The earliest recorded Christians in the territory of modern-day Bangladesh arrived during the Bengal Sultanate. Portuguese missionaries and traders in Porto Grande, Chittagong built the region's first churches during the 16th century. The Jesuits opened their first mission in 1600. Mughal and colonial Dhaka were home to Armenians, Greeks, Catholics and Anglicans. Islam is the majority religion in Bangladesh (89.1%), followed by Hinduism (10%). Christianity is a minority religion in Bangladesh (0.5%), and together with the other minority religions makes up 0.9% of the population (includes Buddhism, Judaism, etc., 2013 est.).
Christians have greatly served the education and health sectors. This tiny community has some 1000 schools and about 100 health care centers and hospitals. In Bangladesh, the Christian community runs the country's largest cooperative bank in Dhaka.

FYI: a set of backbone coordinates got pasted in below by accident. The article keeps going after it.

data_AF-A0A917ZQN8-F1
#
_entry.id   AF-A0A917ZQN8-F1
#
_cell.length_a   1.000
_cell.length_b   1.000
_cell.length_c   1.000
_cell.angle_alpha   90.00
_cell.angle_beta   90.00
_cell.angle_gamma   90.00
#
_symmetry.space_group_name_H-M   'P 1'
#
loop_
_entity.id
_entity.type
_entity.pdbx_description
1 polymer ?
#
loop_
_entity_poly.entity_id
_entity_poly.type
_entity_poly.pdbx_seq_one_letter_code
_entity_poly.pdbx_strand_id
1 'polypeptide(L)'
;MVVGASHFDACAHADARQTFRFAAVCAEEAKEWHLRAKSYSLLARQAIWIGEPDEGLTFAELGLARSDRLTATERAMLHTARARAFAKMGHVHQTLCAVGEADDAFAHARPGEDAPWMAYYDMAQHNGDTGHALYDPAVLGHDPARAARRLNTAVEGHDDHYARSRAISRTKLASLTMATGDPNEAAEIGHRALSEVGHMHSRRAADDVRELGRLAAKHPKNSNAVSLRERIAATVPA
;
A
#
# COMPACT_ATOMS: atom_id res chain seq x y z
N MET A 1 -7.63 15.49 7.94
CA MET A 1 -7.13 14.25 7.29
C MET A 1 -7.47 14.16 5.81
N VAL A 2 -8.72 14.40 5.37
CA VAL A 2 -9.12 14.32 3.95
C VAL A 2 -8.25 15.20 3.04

Having worked in Bangladesh as a missionary since 1952, Father Richard William Timm, C.S.C. won the Ramon Magsaysay Award for Peace and International Understanding, the Asian Nobel Prize, in 1987 in recognition of his work as a teacher, as a biologist studying plant-parasitic worms, and with Caritas on relief efforts.
There are two Catholic archdioceses and six Catholic dioceses in Bangladesh with some 400,000 Catholics. Each diocese is led by its own local bishop. Cardinal Patrick D'Rozario is the highest Catholic official.
The Christian community has some media houses, including The Weekly Pratibeshi, Sargamarta, Bd Christian News and Dhaka Credit News. Pratibeshi is the oldest weekly in the country, established 76 years ago.[when?]